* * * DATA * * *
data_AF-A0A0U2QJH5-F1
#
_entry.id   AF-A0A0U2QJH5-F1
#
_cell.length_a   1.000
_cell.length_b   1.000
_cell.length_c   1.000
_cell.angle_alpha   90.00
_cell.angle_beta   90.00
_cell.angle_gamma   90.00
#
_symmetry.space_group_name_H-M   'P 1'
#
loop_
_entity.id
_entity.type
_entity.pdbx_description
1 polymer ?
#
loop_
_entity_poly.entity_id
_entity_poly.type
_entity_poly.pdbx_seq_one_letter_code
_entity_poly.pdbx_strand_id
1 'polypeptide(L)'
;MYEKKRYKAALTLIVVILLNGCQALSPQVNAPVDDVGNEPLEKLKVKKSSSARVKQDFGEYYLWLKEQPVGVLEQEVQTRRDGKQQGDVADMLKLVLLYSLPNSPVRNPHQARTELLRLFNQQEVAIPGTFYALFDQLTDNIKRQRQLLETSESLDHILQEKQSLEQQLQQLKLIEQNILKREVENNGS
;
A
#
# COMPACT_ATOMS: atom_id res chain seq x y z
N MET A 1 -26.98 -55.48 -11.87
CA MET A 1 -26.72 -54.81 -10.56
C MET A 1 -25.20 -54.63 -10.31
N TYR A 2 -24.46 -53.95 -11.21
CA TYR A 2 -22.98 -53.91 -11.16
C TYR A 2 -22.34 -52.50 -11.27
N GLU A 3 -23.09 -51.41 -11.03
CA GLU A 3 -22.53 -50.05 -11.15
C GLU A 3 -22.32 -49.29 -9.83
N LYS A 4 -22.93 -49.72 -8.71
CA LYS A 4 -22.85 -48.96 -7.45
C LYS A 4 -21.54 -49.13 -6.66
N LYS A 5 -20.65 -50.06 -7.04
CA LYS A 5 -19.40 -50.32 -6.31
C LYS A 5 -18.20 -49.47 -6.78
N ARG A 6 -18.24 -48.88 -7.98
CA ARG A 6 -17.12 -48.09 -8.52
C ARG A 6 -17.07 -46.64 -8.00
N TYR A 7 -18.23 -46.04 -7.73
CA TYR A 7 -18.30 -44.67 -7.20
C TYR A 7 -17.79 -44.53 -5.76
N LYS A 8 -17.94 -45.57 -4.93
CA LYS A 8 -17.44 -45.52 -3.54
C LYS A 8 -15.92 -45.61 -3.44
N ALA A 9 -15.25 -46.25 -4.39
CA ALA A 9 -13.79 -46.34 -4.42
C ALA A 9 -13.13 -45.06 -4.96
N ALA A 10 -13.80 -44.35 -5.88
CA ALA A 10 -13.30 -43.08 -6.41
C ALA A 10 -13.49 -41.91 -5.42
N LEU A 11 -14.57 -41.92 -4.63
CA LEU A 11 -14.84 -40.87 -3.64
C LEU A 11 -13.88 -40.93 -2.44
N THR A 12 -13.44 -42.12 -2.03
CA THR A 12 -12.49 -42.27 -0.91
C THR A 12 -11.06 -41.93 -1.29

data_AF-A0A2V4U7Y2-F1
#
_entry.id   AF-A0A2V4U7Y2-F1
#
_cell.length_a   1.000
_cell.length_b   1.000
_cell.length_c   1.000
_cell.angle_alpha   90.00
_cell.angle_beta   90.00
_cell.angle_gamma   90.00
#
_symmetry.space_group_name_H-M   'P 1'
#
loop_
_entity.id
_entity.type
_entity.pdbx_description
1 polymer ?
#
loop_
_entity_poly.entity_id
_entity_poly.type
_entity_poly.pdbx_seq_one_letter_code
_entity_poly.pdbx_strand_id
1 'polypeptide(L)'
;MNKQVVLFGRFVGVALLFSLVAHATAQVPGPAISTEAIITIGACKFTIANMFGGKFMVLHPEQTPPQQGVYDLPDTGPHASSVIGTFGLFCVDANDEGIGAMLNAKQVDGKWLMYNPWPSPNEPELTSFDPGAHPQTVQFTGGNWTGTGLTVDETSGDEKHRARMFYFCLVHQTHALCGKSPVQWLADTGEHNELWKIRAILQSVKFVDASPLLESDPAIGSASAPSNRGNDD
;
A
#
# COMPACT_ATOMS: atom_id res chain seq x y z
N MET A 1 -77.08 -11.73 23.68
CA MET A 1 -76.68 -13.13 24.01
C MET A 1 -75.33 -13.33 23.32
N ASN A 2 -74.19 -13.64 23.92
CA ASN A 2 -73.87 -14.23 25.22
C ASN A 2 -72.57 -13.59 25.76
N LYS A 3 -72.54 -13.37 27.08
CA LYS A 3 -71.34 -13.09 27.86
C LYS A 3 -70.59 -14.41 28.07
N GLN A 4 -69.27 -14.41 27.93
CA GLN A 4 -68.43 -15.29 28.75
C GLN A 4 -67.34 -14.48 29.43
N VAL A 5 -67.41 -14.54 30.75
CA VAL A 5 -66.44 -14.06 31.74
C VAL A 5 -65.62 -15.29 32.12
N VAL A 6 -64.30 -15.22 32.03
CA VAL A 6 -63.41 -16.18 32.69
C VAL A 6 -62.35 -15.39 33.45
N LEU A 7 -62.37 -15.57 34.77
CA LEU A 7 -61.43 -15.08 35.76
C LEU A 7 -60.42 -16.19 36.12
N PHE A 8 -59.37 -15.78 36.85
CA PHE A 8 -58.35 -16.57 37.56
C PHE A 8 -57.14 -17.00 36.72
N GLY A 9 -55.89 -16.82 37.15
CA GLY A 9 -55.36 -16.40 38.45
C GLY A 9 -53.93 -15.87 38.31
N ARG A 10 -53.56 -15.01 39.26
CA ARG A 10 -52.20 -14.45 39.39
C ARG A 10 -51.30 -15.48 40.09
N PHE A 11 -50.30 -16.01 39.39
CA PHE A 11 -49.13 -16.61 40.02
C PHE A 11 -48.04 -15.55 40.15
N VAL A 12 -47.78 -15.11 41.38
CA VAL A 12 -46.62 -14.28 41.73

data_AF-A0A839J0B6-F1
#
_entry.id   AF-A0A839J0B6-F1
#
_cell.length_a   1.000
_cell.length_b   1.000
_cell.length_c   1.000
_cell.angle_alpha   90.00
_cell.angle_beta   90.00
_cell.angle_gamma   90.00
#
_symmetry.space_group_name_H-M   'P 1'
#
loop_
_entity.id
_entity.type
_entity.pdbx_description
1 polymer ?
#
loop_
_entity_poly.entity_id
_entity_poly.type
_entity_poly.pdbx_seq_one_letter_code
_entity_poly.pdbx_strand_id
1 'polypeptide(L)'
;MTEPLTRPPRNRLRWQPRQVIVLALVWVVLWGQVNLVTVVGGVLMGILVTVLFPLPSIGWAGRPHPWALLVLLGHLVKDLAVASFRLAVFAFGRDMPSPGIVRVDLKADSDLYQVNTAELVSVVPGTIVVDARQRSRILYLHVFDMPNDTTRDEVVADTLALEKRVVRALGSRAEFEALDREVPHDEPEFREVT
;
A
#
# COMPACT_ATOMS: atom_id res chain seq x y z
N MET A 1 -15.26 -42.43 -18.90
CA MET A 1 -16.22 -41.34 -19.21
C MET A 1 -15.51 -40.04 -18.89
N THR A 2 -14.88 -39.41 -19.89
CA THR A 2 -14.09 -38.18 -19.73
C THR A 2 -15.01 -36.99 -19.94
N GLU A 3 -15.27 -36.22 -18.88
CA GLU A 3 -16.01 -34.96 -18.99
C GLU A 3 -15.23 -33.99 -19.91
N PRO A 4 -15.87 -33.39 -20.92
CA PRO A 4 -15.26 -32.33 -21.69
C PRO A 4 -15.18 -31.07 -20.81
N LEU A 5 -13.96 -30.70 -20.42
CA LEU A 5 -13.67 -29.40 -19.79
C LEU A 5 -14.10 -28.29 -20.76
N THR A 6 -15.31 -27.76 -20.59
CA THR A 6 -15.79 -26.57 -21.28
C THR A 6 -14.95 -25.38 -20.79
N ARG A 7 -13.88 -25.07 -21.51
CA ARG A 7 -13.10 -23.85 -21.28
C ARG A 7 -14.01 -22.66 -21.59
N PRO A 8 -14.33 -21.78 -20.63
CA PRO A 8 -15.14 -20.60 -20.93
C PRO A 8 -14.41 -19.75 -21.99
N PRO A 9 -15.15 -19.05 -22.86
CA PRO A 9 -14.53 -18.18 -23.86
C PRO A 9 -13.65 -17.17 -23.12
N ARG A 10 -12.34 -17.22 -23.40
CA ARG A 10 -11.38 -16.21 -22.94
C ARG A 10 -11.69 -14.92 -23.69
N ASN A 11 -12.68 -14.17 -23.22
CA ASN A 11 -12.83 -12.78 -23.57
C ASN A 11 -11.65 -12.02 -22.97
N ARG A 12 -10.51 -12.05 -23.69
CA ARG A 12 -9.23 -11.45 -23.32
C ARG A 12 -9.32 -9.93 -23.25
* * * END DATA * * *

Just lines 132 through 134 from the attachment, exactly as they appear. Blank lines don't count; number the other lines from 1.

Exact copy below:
data_AF-A0A839J0B6-F1
#
_entry.id   AF-A0A839J0B6-F1